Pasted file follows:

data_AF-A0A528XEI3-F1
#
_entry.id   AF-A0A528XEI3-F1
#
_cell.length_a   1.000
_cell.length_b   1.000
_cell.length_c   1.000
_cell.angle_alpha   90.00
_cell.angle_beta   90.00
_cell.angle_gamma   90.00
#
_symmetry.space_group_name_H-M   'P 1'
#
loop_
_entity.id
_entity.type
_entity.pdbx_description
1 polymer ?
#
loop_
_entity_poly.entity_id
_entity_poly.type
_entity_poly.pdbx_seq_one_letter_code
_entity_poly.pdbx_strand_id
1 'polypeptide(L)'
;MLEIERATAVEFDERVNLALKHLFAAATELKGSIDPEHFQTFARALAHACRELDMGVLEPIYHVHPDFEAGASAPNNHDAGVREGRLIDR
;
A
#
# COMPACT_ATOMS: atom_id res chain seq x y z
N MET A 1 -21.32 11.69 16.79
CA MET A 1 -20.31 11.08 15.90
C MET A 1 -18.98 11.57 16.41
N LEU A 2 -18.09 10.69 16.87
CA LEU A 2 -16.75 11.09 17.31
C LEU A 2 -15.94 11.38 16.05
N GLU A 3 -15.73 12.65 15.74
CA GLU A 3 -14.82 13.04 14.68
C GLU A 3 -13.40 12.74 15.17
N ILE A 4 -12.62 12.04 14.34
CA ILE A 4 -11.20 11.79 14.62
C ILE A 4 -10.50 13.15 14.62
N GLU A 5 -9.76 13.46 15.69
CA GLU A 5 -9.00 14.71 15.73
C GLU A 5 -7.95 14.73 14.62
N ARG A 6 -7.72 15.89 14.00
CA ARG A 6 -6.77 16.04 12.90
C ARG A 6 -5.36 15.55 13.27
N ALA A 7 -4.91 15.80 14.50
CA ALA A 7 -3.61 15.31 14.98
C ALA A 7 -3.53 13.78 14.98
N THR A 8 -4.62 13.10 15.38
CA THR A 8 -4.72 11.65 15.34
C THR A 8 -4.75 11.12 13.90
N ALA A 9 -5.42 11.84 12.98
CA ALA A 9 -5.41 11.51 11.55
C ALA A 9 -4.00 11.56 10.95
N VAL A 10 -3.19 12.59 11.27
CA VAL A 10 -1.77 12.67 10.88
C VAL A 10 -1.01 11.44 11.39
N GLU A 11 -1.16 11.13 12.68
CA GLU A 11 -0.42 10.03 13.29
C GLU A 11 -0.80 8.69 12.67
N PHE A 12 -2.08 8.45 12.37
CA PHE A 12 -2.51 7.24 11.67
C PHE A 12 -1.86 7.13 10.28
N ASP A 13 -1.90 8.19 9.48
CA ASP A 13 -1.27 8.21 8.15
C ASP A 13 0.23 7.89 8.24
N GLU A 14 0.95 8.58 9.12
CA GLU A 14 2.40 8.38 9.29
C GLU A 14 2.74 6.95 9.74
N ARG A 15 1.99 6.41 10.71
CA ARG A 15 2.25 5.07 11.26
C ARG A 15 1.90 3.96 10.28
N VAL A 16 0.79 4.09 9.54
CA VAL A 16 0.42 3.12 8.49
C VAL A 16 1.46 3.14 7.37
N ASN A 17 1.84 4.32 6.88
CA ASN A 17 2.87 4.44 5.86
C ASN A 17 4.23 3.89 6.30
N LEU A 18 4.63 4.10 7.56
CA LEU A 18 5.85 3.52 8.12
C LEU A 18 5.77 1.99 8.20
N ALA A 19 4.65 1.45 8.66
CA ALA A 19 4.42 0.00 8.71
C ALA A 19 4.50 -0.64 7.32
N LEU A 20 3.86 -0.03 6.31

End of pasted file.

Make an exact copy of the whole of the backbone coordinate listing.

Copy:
data_AF-A0A528XEI3-F1
#
_entry.id   AF-A0A528XEI3-F1
#
_cell.length_a   1.000
_cell.length_b   1.000
_cell.length_c   1.000
_cell.angle_alpha   90.00
_cell.angle_beta   90.00
_cell.angle_gamma   90.00
#
_symmetry.space_group_name_H-M   'P 1'
#
loop_
_entity.id
_entity.type
_entity.pdbx_description
1 polymer ?
#
loop_
_entity_poly.entity_id
_entity_poly.type
_entity_poly.pdbx_seq_one_letter_code
_entity_poly.pdbx_strand_id
1 'polypeptide(L)'
;MLEIERATAVEFDERVNLALKHLFAAATELKGSIDPEHFQTFARALAHACRELDMGVLEPIYHVHPDFEAGASAPNNHDAGVREGRLIDR
;
A
#
# COMPACT_ATOMS: atom_id res chain seq x y z
N MET A 1 -21.32 11.69 16.79
CA MET A 1 -20.31 11.08 15.90
C MET A 1 -18.98 11.57 16.41
N LEU A 2 -18.09 10.69 16.87
CA LEU A 2 -16.75 11.09 17.31
C LEU A 2 -15.94 11.38 16.05
N GLU A 3 -15.73 12.65 15.74
CA GLU A 3 -14.82 13.04 14.68
C GLU A 3 -13.40 12.74 15.17
N ILE A 4 -12.62 12.04 14.34
CA ILE A 4 -11.20 11.79 14.62
C ILE A 4 -10.50 13.15 14.62
N GLU A 5 -9.76 13.46 15.69
CA GLU A 5 -9.00 14.71 15.73
C GLU A 5 -7.95 14.73 14.62
N ARG A 6 -7.72 15.89 14.00
CA ARG A 6 -6.77 16.04 12.90
C ARG A 6 -5.36 15.55 13.27
N ALA A 7 -4.91 15.80 14.50
CA ALA A 7 -3.61 15.31 14.98
C ALA A 7 -3.53 13.78 14.98
N THR A 8 -4.62 13.10 15.38
CA THR A 8 -4.72 11.65 15.34
C THR A 8 -4.75 11.12 13.90
N ALA A 9 -5.42 11.84 12.98
CA ALA A 9 -5.41 11.51 11.55
C ALA A 9 -4.00 11.56 10.95
N VAL A 10 -3.19 12.59 11.27
CA VAL A 10 -1.77 12.67 10.88
C VAL A 10 -1.01 11.44 11.39
N GLU A 11 -1.16 11.13 12.68
CA GLU A 11 -0.42 10.03 13.29
C GLU A 11 -0.80 8.69 12.67
N PHE A 12 -2.08 8.45 12.37
CA PHE A 12 -2.51 7.24 11.67
C PHE A 12 -1.86 7.13 10.28
N ASP A 13 -1.90 8.19 9.48
CA ASP A 13 -1.27 8.21 8.15
C ASP A 13 0.23 7.89 8.24
N GLU A 14 0.95 8.58 9.12
CA GLU A 14 2.40 8.38 9.29
C GLU A 14 2.74 6.95 9.74
N ARG A 15 1.99 6.41 10.71
CA ARG A 15 2.25 5.07 11.26
C ARG A 15 1.90 3.96 10.28
N VAL A 16 0.79 4.09 9.54
CA VAL A 16 0.42 3.12 8.49
C VAL A 16 1.46 3.14 7.37
N ASN A 17 1.84 4.32 6.88
CA ASN A 17 2.87 4.44 5.86
C ASN A 17 4.23 3.89 6.30
N LEU A 18 4.63 4.10 7.56
CA LEU A 18 5.85 3.52 8.12
C LEU A 18 5.77 1.99 8.20
N ALA A 19 4.65 1.45 8.66
CA ALA A 19 4.42 0.00 8.71
C ALA A 19 4.50 -0.64 7.32
N LEU A 20 3.86 -0.03 6.31